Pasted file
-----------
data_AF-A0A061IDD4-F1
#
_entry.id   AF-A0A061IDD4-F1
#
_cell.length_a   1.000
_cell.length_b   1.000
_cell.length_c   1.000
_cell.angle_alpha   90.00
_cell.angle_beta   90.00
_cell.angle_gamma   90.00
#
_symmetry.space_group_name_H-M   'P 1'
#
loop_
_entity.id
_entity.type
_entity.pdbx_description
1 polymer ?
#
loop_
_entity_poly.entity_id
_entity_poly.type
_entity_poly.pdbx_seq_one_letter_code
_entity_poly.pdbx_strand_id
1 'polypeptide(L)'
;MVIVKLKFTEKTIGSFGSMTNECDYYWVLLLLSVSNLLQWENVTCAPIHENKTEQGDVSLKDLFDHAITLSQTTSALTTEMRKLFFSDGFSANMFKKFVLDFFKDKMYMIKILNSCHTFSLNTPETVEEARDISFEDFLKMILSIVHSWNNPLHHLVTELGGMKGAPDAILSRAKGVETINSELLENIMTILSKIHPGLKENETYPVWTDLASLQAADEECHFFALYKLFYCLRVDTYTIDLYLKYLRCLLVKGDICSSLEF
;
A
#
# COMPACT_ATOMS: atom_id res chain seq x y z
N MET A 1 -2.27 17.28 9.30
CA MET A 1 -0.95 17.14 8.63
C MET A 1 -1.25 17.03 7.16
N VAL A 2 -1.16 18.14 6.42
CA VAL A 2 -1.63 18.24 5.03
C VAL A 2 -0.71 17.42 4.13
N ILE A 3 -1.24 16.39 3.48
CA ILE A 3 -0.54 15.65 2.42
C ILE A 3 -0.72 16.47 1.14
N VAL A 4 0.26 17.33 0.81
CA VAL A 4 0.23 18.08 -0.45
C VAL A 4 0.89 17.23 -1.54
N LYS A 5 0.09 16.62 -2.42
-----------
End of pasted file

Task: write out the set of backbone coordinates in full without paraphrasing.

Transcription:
data_AF-A0A061IDD4-F1
#
_entry.id   AF-A0A061IDD4-F1
#
_cell.length_a   1.000
_cell.length_b   1.000
_cell.length_c   1.000
_cell.angle_alpha   90.00
_cell.angle_beta   90.00
_cell.angle_gamma   90.00
#
_symmetry.space_group_name_H-M   'P 1'
#
loop_
_entity.id
_entity.type
_entity.pdbx_description
1 polymer ?
#
loop_
_entity_poly.entity_id
_entity_poly.type
_entity_poly.pdbx_seq_one_letter_code
_entity_poly.pdbx_strand_id
1 'polypeptide(L)'
;MVIVKLKFTEKTIGSFGSMTNECDYYWVLLLLSVSNLLQWENVTCAPIHENKTEQGDVSLKDLFDHAITLSQTTSALTTEMRKLFFSDGFSANMFKKFVLDFFKDKMYMIKILNSCHTFSLNTPETVEEARDISFEDFLKMILSIVHSWNNPLHHLVTELGGMKGAPDAILSRAKGVETINSELLENIMTILSKIHPGLKENETYPVWTDLASLQAADEECHFFALYKLFYCLRVDTYTIDLYLKYLRCLLVKGDICSSLEF
;
A
#
# COMPACT_ATOMS: atom_id res chain seq x y z
N MET A 1 -2.27 17.28 9.30
CA MET A 1 -0.95 17.14 8.63
C MET A 1 -1.25 17.03 7.16
N VAL A 2 -1.16 18.14 6.42
CA VAL A 2 -1.63 18.24 5.03
C VAL A 2 -0.71 17.42 4.13
N ILE A 3 -1.24 16.39 3.48
CA ILE A 3 -0.54 15.65 2.42
C ILE A 3 -0.72 16.47 1.14
N VAL A 4 0.26 17.33 0.81
CA VAL A 4 0.23 18.08 -0.45
C VAL A 4 0.89 17.23 -1.54
N LYS A 5 0.09 16.62 -2.42